A work-sharing program meant to soothe the sting of economic downturns that made the Indiana Chamber of Commerce’s list of legislative priorities this year enjoys strong support from labor unions and a bipartisan group of lawmakers who have proposed it year after year.
But, in past years, bills that would have created such a program—already deployed in nearly 30 other states—have gone nowhere with the Indiana Legislature.
Supporters are hoping for a different result in the 2016 session for what they call “common sense” legislation, which would allow employers to form agreements with the state to reduce their employees’ hours, avoiding layoffs. Employees’ lost hours then would be supplemented by partial unemployment compensation through the state.
The Department of Workforce Development would have discretion over when companies could take advantage of the program and under what terms. As described in earlier versions of the legislation, the program typically would be used for companies when times are tight or production is low.
“You can hold on to your best workers during an economic slowdown when productivity may not be 100 percent,” said Rep. David Ober, R-Albion, who plans to author a bill this year creating the program with a Democratic colleague. “These people keep their benefits and keep a percentage of their wage while they’re on the program. Folks are able to continue to put food on the table.”
There might be some new momentum to get a bill passed. Last month Pence announced the state would pay off an outstanding federal unemployment loan, saving businesses an estimated $327 million in federal tax penalties, which could mitigate some concerns that have been raised in previous years about potentially adding costs to the unemployment program.
“It certainly doesn’t hurt our case,” said Mike Ripley, a vice president at the Indiana Chamber. “That was a real concern.”
The state currently has a $54 million cash flow balance to pay unemployment insurance benefits, and about 20,000 people on benefits right now. That’s a “pretty good” situation for the state to be in, said Department of Workforce Development spokesman Joe Frank.
In past years, Frank acknowledged, the department wasn’t a huge fan of the legislation. But he said new DWD Commissioner Steve Braun is taking a “data-driven approach” to looking at the issue.
“We’re absolutely taking more time and effort to look at data before we make a policy stance,” Frank said. “We’re remaining open-minded, but it’s really too early to commit either way.”
The program isn’t among the top priorities for House Speaker Brian Bosma, R-Indianapolis, according to his spokeswoman Erin Reese.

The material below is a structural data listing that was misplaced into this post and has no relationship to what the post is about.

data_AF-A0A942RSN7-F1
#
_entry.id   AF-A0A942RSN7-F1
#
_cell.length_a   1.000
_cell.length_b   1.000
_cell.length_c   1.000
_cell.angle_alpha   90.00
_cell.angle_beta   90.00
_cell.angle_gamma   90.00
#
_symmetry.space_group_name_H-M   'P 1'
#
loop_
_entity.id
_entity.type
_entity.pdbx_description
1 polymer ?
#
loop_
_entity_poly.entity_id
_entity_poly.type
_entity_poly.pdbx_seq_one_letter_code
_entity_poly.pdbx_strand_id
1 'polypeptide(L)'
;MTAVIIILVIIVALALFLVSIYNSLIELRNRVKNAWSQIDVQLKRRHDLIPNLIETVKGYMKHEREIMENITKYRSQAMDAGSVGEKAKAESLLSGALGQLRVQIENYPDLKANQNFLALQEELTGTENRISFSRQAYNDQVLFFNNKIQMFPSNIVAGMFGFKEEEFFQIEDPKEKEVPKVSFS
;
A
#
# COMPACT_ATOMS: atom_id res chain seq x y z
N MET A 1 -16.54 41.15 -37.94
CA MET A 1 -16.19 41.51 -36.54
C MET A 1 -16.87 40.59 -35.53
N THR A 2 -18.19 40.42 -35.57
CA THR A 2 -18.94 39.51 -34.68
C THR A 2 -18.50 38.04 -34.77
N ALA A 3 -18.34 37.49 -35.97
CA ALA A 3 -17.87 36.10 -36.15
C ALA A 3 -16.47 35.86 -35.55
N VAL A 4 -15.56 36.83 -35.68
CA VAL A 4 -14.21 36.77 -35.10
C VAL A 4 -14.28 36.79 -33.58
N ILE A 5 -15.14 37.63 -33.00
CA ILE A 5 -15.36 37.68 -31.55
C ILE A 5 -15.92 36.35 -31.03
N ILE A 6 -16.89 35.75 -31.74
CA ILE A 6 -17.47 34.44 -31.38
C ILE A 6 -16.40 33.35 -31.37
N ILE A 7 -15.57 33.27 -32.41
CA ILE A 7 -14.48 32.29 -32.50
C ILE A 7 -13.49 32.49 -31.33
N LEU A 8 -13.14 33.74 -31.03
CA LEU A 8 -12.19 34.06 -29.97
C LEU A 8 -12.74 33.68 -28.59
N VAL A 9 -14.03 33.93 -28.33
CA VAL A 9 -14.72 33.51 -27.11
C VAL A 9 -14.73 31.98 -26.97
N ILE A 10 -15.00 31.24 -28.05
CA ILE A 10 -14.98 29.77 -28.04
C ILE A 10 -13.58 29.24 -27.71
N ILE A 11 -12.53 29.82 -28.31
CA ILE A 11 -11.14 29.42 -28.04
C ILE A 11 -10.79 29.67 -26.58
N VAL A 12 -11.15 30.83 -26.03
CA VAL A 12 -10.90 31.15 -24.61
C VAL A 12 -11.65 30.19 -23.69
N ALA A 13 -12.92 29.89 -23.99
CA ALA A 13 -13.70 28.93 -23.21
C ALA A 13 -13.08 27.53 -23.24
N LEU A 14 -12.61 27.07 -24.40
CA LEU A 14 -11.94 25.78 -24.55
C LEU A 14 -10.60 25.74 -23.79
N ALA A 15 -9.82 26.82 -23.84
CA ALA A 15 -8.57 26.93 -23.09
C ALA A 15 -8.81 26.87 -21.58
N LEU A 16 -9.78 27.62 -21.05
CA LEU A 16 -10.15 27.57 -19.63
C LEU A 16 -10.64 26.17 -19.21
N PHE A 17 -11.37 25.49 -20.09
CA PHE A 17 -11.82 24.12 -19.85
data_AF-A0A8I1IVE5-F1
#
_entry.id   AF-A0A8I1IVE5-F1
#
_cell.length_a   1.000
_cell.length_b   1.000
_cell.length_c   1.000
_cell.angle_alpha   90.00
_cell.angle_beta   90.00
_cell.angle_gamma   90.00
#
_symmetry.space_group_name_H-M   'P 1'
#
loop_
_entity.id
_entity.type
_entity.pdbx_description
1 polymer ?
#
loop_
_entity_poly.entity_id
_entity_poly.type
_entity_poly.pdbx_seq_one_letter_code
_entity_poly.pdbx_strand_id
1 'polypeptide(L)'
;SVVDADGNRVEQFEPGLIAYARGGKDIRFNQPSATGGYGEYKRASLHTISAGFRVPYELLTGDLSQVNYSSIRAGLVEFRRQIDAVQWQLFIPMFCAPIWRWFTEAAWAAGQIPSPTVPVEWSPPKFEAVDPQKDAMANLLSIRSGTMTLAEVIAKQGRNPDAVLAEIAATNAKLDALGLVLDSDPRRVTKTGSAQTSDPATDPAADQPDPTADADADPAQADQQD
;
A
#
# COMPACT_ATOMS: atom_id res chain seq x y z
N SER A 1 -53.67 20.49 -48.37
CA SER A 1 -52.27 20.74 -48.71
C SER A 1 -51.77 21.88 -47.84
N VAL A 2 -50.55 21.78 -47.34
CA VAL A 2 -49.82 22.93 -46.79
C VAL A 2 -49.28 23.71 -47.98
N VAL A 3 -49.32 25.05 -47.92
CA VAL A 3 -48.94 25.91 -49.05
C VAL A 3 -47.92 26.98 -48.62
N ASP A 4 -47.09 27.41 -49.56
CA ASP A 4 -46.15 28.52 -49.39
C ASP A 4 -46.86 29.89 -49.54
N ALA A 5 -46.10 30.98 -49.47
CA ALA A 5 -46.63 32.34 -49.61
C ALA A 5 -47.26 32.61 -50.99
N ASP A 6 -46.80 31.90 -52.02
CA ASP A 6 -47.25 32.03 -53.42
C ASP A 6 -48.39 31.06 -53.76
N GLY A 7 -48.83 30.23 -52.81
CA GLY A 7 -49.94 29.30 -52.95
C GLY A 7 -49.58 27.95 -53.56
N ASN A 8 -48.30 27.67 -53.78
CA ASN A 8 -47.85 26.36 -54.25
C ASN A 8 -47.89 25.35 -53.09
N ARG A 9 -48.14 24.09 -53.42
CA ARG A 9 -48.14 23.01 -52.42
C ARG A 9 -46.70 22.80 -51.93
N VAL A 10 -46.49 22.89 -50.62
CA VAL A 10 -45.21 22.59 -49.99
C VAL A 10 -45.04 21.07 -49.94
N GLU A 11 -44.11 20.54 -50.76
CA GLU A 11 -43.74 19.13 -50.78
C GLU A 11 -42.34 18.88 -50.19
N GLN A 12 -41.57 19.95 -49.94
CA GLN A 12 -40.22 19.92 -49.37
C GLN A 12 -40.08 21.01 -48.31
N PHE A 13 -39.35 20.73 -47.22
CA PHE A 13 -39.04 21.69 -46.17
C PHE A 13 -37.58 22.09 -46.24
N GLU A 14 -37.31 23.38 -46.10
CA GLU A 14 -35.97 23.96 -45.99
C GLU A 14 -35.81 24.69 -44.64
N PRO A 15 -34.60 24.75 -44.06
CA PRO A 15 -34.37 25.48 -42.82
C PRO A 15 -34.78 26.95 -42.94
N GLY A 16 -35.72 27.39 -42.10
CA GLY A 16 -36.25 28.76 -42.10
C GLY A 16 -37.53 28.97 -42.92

Kara Brooks, Gov. Mike Pence’s spokeswoman, said Pence had concerns about such programs in the past. She did not indicate whether he would support it in the next legislative session.
“In the past, we have had concerns about the potential for fraud and the costs of implementing such a program, and had not received sufficient information to allow us to feel comfortable with previous proposals," Brooks said.
Ripley said he believes some lawmakers’ ideological concerns about a work-share program being an expansion of government has slowed support for the bill in past years.
“While it’s a new program, it’s less government, because we’re not having people totally laid off and eligible for full-time unemployment,” Ripley said. “It keeps money in the economy, and people get to keep their jobs.”
Jeff Harris, spokesman for the AFL-CIO, said the union has been supportive of the program in the past and likely will be again, pending any major changes. For instance, he said, the union would not support the program if instituting it would void a collective-bargaining agreement.
“It gives employees time to look for other employment while they are working reduced hours in case the company is unable to survive—hopefully avoiding the possibility of long-term unemployment and loss of skills and marketability,” Harris said in a written statement.
The program has been implemented in 28 other states and in Washington D.C., according to the National Conference of State Legislatures. The federal government in 2012 offered states about $100 million in grant funding to adopt such programs.
Legislation for an Indiana program was proposed in both 2014 and 2015, but both times it died early in the session. In 2014, lawmakers studied the issue at a summer study committee. Lawmakers said it had also been proposed in earlier years.
Sen. Karen Tallian, D-Portage, who first proposed a bill for a work-sharing program about five years ago, said she was pleasantly surprised the bill is gaining traction during a time when there’s low unemployment.
Indiana had a 4.4 percent unemployment rate in October.
“It became a popular idea when we were in the middle of the recession,” Tallian said. “It seems less necessary right now. I was kind of surprised that the Chamber’s got it back on their list.”
Supporters said they hope that doesn’t derail support for the bill.
Rep. Karlee Macer, D-Indianapolis, who has been working with Ober on the bill, said she believes now is the perfect time to act.
“We hope this would never be needed,” Macer said. “We want our state to be successful. It’s the first thing we can do on the road to recovery to prevent job loss. We might not save every job in the state, but it’s a method for our valued employers to stay in operation.”